Clearly, Passive House certification is feasible and beneficial, but it also presents some challenges. The envelope-focused energy demand reduction approach provides a quantum leap forward in energy use and climate impact reduction, with the added benefit of reducing heating and cooling system sizing and costs. This also increases the passive resilience of the building (maintains comfort in prolonged power outage) and positions it well to be zero net energy. The careful attention to infiltration reduction and moisture control, coupled with continuous energy-recovery ventilation result in improved comfort and health for occupants. I also see the reduced energy costs and improved indoor environmental quality being particularly beneficial in affordable housing communities.

Conversely, it is worth considering if the rigor required in envelop design and construction pushes Passive House certified projects past the point of diminishing returns. The thicker wall assembly will increase the gross floor area, or decrease net usable (leasable) square-footage, the airtightness requirements demand significantly more coordination between trades for enclosure construction, and with multiple studies showing an average incremental cost increase of 6 percent (can be as low as 2 percent), certification may require initial investments with returns outside what most proformas will support. In all but the most extreme of climates, would a less rigorous effort provide most of the same benefit at a fraction of the cost?

Regardless of whether a passive building certification is pursued, the envelope is the first place an owner and their design team should focus to create long-term value, in energy savings, durability and human comfort. The enclosure will be there through multiple HVAC retrofits. Once in place it is difficult to upgrade, and failures can be disruptive and costly to repair. Because of its longevity, a high-performance envelope will not only reduce the size and initial cost of HVAC systems, along with energy use, but that savings will be replicated each time the systems are replaced over the life of the building. This long-term, enclosure-first approach lends itself to new funding models like Property Assessed Clean Energy (PACE) financing, which stays with the building through property sales, and is repaid over 20 years. Some municipalities are introducing incentives that support a passive building approach. We all need to take a more active look at passive building.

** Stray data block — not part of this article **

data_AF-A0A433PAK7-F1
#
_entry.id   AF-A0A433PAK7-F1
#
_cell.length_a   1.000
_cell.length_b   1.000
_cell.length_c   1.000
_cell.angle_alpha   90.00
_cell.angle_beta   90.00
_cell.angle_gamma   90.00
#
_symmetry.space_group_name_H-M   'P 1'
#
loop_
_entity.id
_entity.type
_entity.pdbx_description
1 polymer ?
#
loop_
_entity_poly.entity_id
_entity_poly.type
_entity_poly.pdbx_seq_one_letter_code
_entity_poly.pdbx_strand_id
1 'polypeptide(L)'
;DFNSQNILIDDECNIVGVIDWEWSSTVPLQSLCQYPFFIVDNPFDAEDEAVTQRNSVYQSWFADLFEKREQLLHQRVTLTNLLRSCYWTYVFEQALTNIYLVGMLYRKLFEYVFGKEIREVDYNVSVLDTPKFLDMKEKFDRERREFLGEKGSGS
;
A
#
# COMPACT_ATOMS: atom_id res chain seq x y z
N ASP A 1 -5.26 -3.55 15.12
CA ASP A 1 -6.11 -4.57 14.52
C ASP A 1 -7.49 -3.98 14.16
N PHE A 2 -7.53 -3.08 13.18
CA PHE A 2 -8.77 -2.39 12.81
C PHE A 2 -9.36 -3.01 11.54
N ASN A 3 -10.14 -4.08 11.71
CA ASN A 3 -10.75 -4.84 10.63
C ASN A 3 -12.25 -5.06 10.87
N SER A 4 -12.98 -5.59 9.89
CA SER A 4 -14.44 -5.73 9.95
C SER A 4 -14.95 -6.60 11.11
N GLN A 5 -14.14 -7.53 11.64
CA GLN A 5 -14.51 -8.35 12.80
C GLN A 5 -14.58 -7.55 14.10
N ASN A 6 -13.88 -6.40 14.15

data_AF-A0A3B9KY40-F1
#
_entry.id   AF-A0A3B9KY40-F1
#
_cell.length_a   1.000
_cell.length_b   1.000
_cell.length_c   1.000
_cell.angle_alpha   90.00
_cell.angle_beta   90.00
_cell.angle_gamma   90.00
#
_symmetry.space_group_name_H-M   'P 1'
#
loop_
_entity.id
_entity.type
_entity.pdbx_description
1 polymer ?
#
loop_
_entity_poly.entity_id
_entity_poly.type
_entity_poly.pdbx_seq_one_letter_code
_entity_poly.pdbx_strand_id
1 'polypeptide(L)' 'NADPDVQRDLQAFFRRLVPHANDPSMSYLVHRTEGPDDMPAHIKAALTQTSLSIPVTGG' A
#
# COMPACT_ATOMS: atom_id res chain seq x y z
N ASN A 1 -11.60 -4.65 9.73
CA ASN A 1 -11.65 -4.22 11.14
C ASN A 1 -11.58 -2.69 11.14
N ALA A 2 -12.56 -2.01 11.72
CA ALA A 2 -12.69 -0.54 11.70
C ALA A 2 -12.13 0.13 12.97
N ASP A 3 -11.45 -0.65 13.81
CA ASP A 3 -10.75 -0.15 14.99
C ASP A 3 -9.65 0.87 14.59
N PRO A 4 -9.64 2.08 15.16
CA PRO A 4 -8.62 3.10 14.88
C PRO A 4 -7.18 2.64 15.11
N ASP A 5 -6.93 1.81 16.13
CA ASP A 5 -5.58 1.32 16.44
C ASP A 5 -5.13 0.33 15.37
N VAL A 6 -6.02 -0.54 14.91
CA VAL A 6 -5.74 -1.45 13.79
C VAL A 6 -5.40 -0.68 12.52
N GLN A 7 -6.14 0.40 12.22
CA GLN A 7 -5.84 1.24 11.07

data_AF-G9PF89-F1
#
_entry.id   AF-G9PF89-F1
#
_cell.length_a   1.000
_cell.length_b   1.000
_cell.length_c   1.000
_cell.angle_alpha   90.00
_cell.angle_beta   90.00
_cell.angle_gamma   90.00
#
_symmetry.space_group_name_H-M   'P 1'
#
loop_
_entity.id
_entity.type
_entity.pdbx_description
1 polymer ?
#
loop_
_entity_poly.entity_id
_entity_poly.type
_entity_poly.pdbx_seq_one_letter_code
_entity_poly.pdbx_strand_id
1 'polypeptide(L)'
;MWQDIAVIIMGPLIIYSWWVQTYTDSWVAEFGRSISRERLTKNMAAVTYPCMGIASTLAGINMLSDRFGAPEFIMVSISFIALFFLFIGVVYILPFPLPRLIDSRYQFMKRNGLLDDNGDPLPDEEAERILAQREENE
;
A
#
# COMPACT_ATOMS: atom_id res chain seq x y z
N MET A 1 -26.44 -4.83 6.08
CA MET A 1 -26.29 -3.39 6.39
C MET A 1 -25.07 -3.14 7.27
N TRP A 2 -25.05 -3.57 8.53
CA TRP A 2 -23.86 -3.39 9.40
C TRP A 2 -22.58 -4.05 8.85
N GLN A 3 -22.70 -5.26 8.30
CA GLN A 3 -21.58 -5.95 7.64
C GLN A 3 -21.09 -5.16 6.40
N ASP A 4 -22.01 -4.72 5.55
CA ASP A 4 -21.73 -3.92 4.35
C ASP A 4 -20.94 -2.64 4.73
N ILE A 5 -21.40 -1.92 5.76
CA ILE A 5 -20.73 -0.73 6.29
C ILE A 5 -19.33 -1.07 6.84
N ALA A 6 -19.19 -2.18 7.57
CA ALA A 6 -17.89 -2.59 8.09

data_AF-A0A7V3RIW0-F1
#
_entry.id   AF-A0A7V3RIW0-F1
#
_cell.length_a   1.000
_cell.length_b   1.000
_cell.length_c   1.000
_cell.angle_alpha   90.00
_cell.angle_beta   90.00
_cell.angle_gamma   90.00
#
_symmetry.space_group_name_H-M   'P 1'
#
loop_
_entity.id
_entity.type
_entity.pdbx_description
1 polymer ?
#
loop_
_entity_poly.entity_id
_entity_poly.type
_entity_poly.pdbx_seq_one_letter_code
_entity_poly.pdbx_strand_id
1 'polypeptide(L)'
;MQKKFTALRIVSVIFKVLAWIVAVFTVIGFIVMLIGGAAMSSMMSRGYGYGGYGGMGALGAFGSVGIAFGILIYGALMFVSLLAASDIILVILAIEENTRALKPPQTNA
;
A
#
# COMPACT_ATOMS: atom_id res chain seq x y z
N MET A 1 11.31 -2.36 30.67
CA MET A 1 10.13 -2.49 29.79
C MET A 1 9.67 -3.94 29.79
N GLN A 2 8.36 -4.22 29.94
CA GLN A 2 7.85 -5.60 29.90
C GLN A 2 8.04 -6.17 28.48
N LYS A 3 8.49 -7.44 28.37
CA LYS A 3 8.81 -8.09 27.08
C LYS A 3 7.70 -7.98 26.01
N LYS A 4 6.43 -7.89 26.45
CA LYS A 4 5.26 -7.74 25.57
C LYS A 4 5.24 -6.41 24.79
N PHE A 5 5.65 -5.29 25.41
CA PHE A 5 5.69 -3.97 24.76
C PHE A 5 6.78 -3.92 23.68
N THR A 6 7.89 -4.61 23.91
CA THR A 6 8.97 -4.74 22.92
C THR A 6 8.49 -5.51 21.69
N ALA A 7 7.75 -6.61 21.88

Alan Scott, FAIA, LEED Fellow, LEED AP BD+C, O+M, WELL AP, CEM, is an architect with 30 years of experience in sustainable building design. He is a Senior Associate with WSP in Portland, Ore. To learn more, visit and follow Scott on Twitter @alanscott_faia.